A Rare Breed: A Black Woman's Breastfeeding Story

“Can I get some?” the teenage boy shouted. He must have noticed my confusion because he followed it...

“Can I get some?” the teenage boy shouted. He must have noticed my confusion because he followed it up with, “I saw you feeding your baby in the center of the mall.” I smiled from embarrassment and tried to hold my head high even though forty of my newest friends were staring back at me. I continued to push the stroller while I searched for the nearest exit that would take me away from the prying eyes at the food court of my local mall.

Thirty minutes prior to my “friend’s” comment, I had breastfed my two-week old baby in the center of the mall. I didn’t want to breastfeed in public, but after running to the bathroom and being greeted by the smell of stale urine, I did what I had to do: put a receiving blanket over my girly bits and gave my baby nourishment.

I am a black breastfeeding mom and it seems like we’re a rare breed. From the moment I discovered I was carrying a little one, I made the decision to breastfeed. Sure, I heard about the benefits of breastfeeding (enhanced development and intelligence, a stronger immune system, etc.), but my sole reason for breastfeeding was because I wanted to bond with my baby and also because it felt like the most natural thing to do. Cavemen never used bottles or fed their children formula, so why should I? I reasoned.

Sadly, our “advanced” society is not designed to accept breastfeeding. When I informed the hospital of my decision to breastfeed after my daughter was born, it seemed like the system was set up for me to fail. My daughter dropped weight (like most babies do) after our initial stint of breastfeeding (before the actual milk came in). The hospital quickly tried to get me to supplement with formula.

At first I resisted, but then they employed a fear tactic. “Your daughter has lost almost 10% of her weight since she was born,” the nurses said. So, as a new mom who wanted the best for her newborn, I made the decision to supplement. When I saw how fast the milk poured from that bottle and how easy it was for my baby to suck that artificial nipple, I never touched that poison (i.e. formula) again.

The nurses weren’t happy with my decision. They continued to remind me of her weight loss and kept bringing bottles of Similac to the room, but I refused them. To be honest, I began to wonder if the hospital received a kick-back for getting moms to feed their newborns Similac. Were they bedfellows? I asked myself when I saw the totes branded with the Similac name that the hospital was quick to give away.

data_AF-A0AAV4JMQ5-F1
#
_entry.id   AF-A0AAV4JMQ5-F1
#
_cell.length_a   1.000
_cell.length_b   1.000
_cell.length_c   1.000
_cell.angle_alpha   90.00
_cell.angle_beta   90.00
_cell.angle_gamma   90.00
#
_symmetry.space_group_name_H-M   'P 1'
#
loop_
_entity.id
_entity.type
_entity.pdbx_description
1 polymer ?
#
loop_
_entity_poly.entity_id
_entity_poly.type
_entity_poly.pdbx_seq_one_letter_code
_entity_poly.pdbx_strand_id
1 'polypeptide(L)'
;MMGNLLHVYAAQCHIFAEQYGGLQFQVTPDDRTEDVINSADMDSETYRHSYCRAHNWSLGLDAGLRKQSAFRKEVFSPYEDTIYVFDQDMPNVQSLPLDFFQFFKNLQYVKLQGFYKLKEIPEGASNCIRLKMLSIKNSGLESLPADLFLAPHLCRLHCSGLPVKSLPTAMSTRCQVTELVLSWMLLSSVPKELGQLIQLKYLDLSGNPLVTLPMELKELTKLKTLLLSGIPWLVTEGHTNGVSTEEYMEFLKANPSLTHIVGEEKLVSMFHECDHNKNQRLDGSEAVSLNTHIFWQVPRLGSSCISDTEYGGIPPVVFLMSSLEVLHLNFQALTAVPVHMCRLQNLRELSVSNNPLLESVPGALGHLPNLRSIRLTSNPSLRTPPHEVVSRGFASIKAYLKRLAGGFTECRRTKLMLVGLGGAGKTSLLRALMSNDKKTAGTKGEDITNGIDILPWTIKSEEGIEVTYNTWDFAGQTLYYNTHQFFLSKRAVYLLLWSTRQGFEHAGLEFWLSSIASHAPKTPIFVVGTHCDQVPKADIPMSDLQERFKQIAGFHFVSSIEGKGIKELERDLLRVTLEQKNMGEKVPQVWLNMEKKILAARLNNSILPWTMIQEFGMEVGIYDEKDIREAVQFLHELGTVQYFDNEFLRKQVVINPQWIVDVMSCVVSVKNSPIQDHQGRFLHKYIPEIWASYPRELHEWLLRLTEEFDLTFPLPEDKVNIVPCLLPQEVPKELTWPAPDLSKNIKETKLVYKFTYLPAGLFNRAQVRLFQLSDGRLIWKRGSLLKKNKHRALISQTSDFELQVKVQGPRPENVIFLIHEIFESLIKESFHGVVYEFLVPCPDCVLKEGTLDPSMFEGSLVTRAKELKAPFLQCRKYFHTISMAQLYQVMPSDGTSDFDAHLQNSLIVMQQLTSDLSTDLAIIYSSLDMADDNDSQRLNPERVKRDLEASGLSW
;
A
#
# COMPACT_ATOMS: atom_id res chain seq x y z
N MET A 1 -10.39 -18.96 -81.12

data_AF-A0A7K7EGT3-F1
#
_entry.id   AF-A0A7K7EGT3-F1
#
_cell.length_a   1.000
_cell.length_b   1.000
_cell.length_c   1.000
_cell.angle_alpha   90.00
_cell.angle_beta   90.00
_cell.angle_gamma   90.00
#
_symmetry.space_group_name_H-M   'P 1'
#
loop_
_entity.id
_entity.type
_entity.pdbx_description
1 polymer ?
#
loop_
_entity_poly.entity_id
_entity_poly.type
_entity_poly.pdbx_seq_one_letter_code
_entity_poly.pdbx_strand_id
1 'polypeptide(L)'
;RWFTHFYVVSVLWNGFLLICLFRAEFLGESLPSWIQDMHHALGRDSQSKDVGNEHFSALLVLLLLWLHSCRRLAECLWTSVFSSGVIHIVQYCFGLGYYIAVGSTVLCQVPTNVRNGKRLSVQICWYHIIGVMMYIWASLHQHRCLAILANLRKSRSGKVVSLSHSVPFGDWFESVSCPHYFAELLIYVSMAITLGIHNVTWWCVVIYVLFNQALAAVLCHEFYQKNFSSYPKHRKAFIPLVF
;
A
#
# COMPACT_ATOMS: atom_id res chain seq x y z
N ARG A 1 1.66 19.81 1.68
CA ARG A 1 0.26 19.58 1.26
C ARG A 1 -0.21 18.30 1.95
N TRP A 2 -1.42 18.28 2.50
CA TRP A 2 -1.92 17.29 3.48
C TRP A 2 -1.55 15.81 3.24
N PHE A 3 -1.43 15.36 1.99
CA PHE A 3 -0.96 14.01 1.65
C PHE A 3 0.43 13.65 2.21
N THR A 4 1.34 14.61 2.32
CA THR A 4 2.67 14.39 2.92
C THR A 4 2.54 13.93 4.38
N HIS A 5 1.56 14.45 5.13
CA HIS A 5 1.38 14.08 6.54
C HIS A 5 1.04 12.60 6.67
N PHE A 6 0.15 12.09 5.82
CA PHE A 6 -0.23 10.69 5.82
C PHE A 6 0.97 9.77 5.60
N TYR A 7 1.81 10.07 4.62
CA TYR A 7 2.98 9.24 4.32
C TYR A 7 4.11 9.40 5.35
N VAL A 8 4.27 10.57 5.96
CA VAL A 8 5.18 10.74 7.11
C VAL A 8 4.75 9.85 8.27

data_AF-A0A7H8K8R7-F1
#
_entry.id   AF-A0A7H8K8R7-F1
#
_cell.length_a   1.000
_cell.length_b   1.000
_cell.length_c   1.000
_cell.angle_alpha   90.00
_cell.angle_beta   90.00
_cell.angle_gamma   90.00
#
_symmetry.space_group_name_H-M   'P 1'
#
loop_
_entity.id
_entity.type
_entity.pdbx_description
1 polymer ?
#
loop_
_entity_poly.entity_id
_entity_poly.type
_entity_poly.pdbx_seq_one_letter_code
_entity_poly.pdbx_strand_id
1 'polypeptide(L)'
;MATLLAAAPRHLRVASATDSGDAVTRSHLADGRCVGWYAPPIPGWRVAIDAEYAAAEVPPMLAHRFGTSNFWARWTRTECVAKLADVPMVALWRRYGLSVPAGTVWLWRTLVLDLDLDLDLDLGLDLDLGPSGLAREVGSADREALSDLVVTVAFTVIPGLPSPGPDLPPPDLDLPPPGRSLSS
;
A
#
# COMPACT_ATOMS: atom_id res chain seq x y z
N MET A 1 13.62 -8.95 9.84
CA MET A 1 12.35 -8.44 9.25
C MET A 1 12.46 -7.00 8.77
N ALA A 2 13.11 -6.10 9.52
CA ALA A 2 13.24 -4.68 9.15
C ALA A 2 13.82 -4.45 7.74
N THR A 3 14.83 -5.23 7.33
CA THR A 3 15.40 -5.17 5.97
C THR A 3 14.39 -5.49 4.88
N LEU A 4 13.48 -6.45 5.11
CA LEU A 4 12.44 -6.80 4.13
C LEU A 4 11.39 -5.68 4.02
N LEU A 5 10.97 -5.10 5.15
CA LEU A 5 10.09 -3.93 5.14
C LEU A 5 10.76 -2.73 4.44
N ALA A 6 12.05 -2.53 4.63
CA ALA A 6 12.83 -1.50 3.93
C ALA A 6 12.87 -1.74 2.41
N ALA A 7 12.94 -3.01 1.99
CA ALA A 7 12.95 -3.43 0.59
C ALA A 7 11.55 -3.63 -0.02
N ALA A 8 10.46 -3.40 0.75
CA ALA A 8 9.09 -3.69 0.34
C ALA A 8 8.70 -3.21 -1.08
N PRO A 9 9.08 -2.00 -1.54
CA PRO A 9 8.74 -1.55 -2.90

Thankfully, my milk came in within three days and replaced the colostrum (a yellow substance full of antibodies) that a woman’s breasts first produce. Without going into too much detail, I had to use a nipple shield (a piece of pliable plastic that a breastfeeding mom can put over her nipple) when I first started breastfeeding.

A couple of weeks later, when I tried to wean my daughter off the nipple shield, we had the hardest time. I spent many a night crying because the breastfeeding thing just wasn’t working for me. But I persisted, and thank God I did because now it’s the easiest, most convenient thing in the world. There are no bottles to clean, no formula to prepare. The greatest benefit of all, though, is the feel of my little girl’s nose nuzzled up against my breast. When she leans in closer to wean, I can’t help but look at that beautiful face and know, from the core of my soul, that I made the right decision.

T.C. Galltin is the mother of one, a freelance writer and the author of the forthcoming novel Zaire’s Place (which has nothing to do with breastfeeding) about three women whose lives converge at a domestic violence shelter in Baltimore, MD. Zaire’s Place will be available this summer from All Things That Matter Press, as well as Amazon.com. Until then, you can find her on Facebook (/TCGalltin) and Twitter (@TCGalltin) or you can e-mail her at tgall50@hotmail.com.

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